A 10 phase approach for a cheater to gain forgiveness for infidelity.
As usual, I have about four books that I’m simultaneously reading. One of them, “Make Peace With Anyone” by David J. Lieberman, Ph.D., offers some suggestions regarding forgiveness for infidelity that I wanted to share with you.
Dr. Lieberman offers a ten phase approach to gain forgiveness after someone has clearly violated the trust, respect and rights of another. In other words, this is a process for the cheater to gain forgiveness from the betrayed for their infidelity.
The Ten Phases to Gain Forgiveness for Infidelity
Use the three-star approach. Lieberman’s three-stars are humility, emotion and respect. In essence, this phase states that if the cheater has anything other than complete humility (no ego), it’s a waste of time. It’s all about the betrayed, not the cheater.
Also it is important that the cheater be genuinely emotional and not to base their attempts at forgiveness on logic. At the same time, the cheater must maintain a high degree of respect. That means no arguing, screaming or making demands. The cheater needs to understand that it is not so much about what he/she did as much as it is about the underlying loss of respect.
Accept responsibility. Man up (or woman up) and take full and complete responsibility for your actions. Do not make excuses or try to shift blame. If you take responsibility then you have the power to make things right.
Sincerely apologize. Say “I’m sorry.” Say it sincerely or it won’t be believed. If you are not believed, you will not be forgiven. One important note that Lieberman makes is that if you are not truly sorry for what you’ve done…“it might be time to reevaluate the situation, the relationship, and yourself.”
Be willing to accept and even offer consequences. What the cheater did showed a total lack of trust and responsibility. Putting oneself in the hands of the betrayed and taking responsibility for their actions and any consequences goes a long way toward establishing the power that the betrayed lost. Don’t try and weasel out without accepting any repercussions. Freely giving the betrayed back his/her power by acknowledging that it is up to them to determine the fate of the relationship is very important.
Solidify in the real world with a specific action. The cheater should actually make changes in his/her life which will go a long way in letting the betrayed know that the cheater is sincere in their convictions. As Lieberman says, “Actions shout, while words whisper.”
The cheater can set the victim’s mind at ease by making changes in their life that show that what they did was wrong and they are not making changes merely to gain forgiveness for infidelity. “Whatever caused the catalyst, change the dynamics to prevent or severely minimize the chances of it happening again.”
Reestablish mutual respect. The victim has lost respect in the cheater. The cheater should show the victim what kind of person they really are by doing things that shows their true character. Do something good for someone else or stand up for someone or for a good cause. The cheater should let the betrayed see their true nature so that their transgression is filtered through this better light.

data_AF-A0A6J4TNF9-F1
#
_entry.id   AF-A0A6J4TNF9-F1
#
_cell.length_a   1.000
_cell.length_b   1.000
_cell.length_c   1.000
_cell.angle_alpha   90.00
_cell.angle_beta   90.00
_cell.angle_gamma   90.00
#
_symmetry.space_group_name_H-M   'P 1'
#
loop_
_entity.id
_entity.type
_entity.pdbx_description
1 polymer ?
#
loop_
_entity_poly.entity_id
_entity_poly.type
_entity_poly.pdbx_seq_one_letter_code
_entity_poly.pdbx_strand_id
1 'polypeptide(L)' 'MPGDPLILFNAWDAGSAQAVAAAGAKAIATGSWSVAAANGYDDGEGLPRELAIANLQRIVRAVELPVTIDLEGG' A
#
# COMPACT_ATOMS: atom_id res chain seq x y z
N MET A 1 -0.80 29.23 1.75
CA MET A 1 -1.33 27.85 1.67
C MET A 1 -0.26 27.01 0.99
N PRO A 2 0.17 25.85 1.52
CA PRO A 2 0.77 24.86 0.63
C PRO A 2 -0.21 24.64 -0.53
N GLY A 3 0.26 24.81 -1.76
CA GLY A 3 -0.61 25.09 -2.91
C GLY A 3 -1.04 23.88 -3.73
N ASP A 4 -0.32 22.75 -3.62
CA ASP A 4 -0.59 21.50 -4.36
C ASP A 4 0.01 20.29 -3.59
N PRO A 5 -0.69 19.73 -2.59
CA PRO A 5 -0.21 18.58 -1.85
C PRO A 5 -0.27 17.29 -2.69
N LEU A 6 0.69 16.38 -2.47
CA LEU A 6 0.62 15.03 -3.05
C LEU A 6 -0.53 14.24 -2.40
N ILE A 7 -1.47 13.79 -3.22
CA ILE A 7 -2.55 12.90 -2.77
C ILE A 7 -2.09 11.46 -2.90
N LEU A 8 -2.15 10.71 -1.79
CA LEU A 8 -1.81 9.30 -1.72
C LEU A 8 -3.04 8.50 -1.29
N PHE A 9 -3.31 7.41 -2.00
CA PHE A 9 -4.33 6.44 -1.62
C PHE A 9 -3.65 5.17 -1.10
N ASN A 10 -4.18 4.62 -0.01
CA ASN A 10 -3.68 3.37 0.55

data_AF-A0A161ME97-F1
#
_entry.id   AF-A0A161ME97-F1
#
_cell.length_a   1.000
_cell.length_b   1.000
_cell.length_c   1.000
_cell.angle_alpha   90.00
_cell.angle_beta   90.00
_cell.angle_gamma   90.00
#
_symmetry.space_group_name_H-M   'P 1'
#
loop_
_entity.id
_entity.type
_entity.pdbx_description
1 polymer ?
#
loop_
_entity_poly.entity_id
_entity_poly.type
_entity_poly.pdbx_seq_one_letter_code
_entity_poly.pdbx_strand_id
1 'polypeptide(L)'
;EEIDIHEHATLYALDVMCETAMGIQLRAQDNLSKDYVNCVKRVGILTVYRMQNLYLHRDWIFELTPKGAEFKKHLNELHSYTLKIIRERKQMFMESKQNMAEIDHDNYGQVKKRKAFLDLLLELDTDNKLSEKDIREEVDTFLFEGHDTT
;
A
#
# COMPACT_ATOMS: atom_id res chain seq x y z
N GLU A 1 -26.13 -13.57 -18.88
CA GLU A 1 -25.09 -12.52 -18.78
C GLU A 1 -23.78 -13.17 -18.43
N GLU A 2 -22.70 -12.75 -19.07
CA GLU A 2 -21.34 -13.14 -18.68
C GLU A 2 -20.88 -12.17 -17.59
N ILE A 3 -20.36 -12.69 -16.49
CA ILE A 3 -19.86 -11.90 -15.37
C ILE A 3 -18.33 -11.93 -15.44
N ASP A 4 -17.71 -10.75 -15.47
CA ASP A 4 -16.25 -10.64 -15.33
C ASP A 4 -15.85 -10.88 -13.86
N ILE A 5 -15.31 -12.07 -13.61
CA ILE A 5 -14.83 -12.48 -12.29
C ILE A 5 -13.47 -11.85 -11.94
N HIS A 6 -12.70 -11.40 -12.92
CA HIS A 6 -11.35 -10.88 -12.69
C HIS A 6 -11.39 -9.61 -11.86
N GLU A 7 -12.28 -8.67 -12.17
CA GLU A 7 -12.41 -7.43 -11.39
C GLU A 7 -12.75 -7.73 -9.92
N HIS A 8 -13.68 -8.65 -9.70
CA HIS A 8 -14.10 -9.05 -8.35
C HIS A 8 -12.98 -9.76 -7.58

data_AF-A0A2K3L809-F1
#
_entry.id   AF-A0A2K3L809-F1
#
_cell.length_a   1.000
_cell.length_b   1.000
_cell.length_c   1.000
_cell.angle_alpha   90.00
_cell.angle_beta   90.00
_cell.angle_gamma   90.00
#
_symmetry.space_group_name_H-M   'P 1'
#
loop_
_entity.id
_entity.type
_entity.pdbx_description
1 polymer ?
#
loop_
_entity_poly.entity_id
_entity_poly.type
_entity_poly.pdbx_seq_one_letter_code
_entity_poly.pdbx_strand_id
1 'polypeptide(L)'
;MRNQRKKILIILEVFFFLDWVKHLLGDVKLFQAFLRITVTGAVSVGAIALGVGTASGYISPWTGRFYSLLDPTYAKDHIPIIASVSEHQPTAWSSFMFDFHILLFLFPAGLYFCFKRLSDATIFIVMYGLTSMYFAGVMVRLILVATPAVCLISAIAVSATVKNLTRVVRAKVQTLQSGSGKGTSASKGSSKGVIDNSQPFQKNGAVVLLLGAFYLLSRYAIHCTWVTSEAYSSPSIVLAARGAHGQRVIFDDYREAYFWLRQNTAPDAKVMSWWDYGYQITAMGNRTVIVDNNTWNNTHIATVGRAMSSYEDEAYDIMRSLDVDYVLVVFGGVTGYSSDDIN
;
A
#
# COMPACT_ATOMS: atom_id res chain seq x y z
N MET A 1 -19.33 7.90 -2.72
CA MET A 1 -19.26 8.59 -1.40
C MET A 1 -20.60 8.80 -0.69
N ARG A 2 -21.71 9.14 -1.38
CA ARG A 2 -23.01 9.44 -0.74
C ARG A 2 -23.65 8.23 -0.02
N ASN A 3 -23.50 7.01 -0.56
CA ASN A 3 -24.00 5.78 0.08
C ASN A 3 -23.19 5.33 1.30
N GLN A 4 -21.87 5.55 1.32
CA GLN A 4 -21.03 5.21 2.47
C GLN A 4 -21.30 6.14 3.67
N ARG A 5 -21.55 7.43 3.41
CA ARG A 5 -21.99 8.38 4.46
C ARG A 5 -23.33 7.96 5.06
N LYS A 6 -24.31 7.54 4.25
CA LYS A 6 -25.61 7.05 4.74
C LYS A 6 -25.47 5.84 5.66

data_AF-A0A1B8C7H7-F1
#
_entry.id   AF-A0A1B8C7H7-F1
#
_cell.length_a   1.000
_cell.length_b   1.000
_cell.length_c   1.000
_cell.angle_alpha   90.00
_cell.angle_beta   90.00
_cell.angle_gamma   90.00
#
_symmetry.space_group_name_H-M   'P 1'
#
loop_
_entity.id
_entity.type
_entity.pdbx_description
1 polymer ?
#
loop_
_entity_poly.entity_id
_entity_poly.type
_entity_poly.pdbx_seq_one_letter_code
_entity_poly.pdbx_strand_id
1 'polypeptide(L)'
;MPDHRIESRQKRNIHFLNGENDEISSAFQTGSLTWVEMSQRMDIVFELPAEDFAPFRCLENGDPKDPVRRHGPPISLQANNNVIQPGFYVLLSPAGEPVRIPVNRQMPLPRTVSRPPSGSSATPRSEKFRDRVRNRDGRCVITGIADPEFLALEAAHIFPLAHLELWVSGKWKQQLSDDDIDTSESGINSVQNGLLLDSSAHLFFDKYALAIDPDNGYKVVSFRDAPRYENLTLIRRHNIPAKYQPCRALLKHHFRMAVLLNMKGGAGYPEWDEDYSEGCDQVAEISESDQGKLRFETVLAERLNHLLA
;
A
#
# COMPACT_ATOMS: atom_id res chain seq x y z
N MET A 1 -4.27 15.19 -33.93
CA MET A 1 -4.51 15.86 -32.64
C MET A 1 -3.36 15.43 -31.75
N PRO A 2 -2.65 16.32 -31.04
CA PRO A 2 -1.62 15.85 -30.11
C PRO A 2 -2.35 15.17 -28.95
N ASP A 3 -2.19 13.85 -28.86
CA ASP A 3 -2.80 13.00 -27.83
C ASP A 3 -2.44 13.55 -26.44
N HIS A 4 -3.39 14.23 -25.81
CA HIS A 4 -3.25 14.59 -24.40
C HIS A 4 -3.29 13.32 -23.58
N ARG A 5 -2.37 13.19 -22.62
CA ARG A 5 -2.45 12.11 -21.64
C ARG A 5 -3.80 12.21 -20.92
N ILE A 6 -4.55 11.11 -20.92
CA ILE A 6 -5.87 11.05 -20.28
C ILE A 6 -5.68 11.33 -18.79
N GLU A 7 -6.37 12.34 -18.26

Restore the sense of balance. Lieberman says that the key to forgiveness lies in restoring balance to the relationship. It is important to let the victim know that the transgression produced no enjoyment or benefit whatsoever. It must be made clear that not only was the affair a mistake, but it didn’t produce any benefits either. If the cheater did gain in some way, then they will have to give back more in order to make things right as soon as possible. Continue to do what is right.
Establish peace of mind. The cheater has to answer the question, Why? Lieberman suggests that every wrong action comes down to the same motivation – and that is fear. Perhaps the reason for the affair was that the cheater feared he/she was unattractive or not lovable, for instance. Fear is what makes us all vulnerable and the root of this fear needs to be explored within the cheater’s mind. Then the cheater must relate this fear to the person they have hurt.
Now the transgression is seen less as a betrayal and more as an irrational act of fear by a confused person. This furthers the cheater’s vulnerability and helps to restore the victim’s feeling of power and dignity. This allows the victim to take an active and important role in restoring his/her own sense of control. By the cheater rooting their motivations in fear, which is a response to feelings of inadequacy to deal with the situation, it diminishes the perception of his/her ego.
After amplifying the fear-based motivation, reestablishing the commitment to the victim and to the relationship is essential.
Internal justification. The cheater must try to demonstrate how the relationship will be better than it was before the transgression. Otherwise, the victim will only feel that if he/she agrees to forgive, he/she’s thinking that it’s only going to go back to a damaged relationship, which might not be worth much anymore. But by showing the victim what happened and the subsequent changes the cheater has made to strengthen the commitment and relationship, the victim is gaining something better than what was lost.
Put together a specific, painless game plan. It’s important for the cheater to show the betrayed exactly how things will proceed – slowly, easily, and with the victim in control all of the way. The cheater needs to offer a clear-cut course of action that moves slowly and offers the option to continue, stop or change course at any time.
Lieberman ends this section with a spiritual reflection that I thought was wonderful: